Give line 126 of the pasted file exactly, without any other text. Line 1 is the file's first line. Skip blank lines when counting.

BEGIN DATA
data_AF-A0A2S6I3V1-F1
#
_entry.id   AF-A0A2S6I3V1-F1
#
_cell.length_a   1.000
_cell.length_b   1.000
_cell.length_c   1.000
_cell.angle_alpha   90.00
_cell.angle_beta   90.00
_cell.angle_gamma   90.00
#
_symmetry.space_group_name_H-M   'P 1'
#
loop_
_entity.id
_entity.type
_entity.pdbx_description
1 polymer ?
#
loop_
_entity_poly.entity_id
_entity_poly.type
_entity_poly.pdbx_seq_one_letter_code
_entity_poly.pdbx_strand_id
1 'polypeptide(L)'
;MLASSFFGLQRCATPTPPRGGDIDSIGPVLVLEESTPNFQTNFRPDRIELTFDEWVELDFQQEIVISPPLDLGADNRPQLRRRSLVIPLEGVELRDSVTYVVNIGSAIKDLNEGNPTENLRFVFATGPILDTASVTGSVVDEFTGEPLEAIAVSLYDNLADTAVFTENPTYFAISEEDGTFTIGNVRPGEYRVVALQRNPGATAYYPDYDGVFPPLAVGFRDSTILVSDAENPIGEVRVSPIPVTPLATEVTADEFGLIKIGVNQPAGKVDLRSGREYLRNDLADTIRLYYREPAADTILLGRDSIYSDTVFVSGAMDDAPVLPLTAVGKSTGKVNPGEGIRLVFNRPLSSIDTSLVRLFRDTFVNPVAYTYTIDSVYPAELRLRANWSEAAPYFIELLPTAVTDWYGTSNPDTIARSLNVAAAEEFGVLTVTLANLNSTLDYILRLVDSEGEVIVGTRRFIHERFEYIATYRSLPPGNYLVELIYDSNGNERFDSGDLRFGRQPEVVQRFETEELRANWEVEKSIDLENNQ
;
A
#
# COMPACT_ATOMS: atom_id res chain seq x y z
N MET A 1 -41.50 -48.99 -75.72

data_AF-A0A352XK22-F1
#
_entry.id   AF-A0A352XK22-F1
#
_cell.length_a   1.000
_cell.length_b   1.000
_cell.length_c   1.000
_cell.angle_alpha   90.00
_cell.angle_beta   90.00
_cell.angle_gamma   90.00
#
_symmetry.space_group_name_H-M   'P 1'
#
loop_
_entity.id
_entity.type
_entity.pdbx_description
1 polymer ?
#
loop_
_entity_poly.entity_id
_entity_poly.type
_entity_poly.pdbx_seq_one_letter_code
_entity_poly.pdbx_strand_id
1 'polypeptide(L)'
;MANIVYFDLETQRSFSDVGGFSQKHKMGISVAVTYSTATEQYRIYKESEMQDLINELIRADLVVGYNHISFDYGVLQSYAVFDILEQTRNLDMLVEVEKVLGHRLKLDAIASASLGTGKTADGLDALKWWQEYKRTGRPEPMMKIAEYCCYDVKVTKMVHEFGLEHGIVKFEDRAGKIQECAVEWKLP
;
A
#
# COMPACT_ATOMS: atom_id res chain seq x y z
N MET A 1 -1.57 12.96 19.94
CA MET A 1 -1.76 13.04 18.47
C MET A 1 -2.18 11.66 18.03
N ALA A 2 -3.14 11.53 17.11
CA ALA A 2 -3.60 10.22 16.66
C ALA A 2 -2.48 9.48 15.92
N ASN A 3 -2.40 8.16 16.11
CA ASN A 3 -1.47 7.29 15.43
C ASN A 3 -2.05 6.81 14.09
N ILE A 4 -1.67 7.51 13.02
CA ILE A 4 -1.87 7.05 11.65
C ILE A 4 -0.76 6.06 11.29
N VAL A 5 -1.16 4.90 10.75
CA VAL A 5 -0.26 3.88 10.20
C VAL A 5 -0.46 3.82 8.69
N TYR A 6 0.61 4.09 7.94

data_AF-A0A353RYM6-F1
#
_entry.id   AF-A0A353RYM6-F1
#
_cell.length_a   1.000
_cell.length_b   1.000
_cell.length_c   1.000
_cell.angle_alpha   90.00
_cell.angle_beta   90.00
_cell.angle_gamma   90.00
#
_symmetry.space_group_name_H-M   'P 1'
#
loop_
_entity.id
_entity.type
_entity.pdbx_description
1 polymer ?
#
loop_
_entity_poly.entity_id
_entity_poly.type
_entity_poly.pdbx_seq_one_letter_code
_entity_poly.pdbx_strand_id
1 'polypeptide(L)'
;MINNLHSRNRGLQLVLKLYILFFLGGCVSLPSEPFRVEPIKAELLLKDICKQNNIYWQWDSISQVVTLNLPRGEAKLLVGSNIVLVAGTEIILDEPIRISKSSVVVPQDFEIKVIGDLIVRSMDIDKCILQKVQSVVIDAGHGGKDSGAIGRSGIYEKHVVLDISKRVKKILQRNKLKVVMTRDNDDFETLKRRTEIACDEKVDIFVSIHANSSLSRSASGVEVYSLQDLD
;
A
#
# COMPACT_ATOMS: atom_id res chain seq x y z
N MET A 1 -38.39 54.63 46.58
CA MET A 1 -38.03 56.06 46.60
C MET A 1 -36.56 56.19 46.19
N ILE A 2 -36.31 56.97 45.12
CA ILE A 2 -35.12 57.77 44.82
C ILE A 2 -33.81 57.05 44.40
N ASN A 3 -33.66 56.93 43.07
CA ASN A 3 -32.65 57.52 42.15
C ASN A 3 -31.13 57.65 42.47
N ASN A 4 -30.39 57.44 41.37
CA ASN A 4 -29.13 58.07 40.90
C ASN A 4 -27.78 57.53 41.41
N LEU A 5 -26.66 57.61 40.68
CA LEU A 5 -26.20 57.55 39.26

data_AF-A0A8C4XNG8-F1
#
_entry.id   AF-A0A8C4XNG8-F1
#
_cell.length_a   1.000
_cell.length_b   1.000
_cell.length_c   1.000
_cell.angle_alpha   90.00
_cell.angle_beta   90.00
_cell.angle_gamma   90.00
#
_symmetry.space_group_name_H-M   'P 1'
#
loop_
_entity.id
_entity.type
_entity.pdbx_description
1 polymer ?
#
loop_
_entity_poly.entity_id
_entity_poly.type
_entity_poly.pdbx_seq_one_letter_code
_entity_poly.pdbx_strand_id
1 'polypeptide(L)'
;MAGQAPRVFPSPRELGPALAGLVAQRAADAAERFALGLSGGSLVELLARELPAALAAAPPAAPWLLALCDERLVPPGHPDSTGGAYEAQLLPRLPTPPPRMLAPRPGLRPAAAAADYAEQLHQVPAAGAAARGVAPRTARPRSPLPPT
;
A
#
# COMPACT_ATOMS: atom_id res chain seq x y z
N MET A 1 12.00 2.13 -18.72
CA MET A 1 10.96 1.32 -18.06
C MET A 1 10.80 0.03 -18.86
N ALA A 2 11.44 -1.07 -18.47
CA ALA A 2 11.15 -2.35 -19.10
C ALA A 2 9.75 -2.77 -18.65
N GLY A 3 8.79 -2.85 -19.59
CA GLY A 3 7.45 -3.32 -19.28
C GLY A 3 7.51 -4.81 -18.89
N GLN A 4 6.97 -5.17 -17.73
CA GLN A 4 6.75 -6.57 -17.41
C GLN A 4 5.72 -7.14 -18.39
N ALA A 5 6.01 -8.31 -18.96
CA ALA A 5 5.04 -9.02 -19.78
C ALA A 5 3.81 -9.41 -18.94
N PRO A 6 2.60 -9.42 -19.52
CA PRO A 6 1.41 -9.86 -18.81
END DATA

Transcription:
_cell.length_a   1.000